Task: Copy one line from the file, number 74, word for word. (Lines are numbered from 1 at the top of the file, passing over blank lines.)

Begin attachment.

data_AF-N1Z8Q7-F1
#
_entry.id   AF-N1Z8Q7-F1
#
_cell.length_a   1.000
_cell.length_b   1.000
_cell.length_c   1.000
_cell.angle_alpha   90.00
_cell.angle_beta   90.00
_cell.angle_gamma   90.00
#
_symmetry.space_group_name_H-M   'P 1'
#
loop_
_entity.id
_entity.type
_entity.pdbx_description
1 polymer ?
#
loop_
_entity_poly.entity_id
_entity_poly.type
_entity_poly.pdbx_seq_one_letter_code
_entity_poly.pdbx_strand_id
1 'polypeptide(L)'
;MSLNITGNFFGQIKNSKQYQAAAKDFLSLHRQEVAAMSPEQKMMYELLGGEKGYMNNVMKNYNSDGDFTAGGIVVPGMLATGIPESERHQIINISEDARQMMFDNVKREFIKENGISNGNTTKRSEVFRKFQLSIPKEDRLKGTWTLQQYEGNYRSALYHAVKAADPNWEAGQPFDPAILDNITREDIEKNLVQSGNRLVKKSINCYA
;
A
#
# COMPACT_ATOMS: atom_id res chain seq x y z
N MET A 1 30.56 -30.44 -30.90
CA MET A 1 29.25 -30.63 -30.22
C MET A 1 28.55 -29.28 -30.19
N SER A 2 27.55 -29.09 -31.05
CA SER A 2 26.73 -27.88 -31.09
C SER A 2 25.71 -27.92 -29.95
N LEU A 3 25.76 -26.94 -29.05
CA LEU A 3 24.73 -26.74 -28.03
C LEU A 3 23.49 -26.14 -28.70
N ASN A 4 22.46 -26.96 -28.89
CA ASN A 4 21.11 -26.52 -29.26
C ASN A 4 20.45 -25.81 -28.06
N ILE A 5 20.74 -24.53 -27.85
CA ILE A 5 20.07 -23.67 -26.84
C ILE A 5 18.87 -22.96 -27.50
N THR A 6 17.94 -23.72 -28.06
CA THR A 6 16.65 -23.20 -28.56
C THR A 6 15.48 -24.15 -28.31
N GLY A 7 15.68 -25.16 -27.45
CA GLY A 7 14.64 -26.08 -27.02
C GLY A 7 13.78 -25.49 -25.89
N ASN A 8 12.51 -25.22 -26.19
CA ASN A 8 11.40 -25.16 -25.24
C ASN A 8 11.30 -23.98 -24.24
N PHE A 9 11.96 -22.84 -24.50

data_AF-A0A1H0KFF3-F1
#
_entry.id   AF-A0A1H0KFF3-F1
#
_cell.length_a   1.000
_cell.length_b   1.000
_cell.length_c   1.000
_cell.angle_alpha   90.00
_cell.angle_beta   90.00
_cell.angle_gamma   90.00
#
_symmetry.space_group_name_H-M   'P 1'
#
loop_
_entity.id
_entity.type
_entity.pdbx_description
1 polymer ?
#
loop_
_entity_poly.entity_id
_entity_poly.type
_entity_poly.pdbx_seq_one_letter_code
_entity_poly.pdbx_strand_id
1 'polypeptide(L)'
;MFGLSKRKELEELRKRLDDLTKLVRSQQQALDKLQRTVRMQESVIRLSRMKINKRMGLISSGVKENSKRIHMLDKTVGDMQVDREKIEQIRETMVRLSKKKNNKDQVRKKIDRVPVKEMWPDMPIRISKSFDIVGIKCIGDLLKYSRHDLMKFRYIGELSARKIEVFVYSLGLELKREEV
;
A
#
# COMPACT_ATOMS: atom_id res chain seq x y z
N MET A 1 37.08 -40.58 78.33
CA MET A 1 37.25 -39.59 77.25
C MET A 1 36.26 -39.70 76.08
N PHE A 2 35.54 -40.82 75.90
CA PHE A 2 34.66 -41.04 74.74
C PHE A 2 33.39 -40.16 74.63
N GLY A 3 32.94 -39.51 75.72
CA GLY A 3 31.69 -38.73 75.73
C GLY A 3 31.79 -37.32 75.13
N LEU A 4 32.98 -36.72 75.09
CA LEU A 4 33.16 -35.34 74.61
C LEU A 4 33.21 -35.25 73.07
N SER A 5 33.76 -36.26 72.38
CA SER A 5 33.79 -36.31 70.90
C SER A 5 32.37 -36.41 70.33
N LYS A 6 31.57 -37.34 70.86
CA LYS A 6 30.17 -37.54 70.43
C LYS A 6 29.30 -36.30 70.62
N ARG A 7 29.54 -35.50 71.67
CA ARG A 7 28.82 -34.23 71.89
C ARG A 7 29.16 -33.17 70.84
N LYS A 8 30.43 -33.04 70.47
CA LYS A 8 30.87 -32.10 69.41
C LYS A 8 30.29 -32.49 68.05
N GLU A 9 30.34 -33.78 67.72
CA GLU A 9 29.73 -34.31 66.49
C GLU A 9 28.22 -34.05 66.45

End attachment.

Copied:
#